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scooterracer said:
As I drink my Dunkin Donuts coffee on this brisk 42 degree morning... in Connecticut.
Rub it in! :?

scooterracer said:
I have a friend with a new VTX 1800 and he is a timid rider and is always lagging behind so we ride accordingly when together. I finally talked him into riding my AN650 the onther day and he led. Doing indicated 75 in a 45 zone was completely out of character for him. Then.... I couldn't get him off the thing. He says he didn't know how fast he was going until he looked down and was shocked.
Yep. The AN650 isn't as fast as many motorcycles on paper, but it is "street fast".

Twist throttle on Harley cruiser - generate huge noise.

Twist throttle on crotch rocket - headlight points toward sky.

Twist throttle on AN650 - go like a greased pig. :twisted:
 

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Hi scooterracer

Welcome to the forum :hello2:

Enjoyed your posts - lets have more! :thumbright:

Sure would like to hear about your racing days.

:)
 

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Discussion Starter #12
Good old racing days

In Japan in the early sixties there were scrambles (early motocross) and what we had to use were honda cl250's and cl305's. Very heavy but we thought they were great. Also an American friend and I were able to get the use of one runway at Yakota airbase and we started drag racing for the first time. I had a CB250 Hawk that we stripped down to bare bones and used a "brasso" can for gas. Were turning 106 in 13.6 with a 250 back then. I remember the tachometer wouldn't keep up with the engine so we use to take the tach apart and 3 in 1 oil on the moving parts to help. What fun. the new scooters are almost that fast now and with cvt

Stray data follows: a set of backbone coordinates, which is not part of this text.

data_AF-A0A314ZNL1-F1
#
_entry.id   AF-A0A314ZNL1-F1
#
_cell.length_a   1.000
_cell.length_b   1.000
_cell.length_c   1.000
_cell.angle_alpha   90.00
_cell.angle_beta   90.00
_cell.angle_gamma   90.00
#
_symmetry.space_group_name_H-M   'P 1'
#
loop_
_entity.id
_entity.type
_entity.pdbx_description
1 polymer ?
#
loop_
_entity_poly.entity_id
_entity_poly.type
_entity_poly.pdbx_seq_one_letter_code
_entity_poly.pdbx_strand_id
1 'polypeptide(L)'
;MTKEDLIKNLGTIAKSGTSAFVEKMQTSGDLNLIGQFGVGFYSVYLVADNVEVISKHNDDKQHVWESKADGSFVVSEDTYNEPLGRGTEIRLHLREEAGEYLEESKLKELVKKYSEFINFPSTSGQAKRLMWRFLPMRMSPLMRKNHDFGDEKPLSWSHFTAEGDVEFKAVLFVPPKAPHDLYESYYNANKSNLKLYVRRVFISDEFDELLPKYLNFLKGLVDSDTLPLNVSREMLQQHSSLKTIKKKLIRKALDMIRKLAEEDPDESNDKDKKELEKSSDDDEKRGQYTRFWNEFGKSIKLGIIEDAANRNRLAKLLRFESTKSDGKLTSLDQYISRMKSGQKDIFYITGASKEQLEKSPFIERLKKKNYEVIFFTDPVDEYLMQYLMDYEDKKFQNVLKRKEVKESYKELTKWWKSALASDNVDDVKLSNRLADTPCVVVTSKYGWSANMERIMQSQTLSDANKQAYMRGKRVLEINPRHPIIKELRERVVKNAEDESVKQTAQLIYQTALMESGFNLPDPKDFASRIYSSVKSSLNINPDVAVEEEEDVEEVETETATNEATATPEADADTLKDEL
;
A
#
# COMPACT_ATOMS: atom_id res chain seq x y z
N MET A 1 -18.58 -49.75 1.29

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Re: Good old racing days

scooterracer said:
In Japan in the early sixties there were scrambles (early motocross) and what we had to use were honda cl250's and cl305's. Very heavy but we thought they were great. Also an American friend and I were able to get the use of one runway at Yakota airbase and we started drag racing for the first time. I had a CB250 Hawk that we stripped down to bare bones and used a "brasso" can for gas. Were turning 106 in 13.6 with a 250 back then. I remember the tachometer wouldn't keep up with the engine so we use to take the tach apart and 3 in 1 oil on the moving parts to help. What fun. the new scooters are almost that fast now and with cvt
I was in Texas in the late sixties. San Angelo area. They also had scrambles. Some of the guys from the air station competed in them, but I just went to watch. Those riders were crazy! Had to watch out for the rattlesnakes too.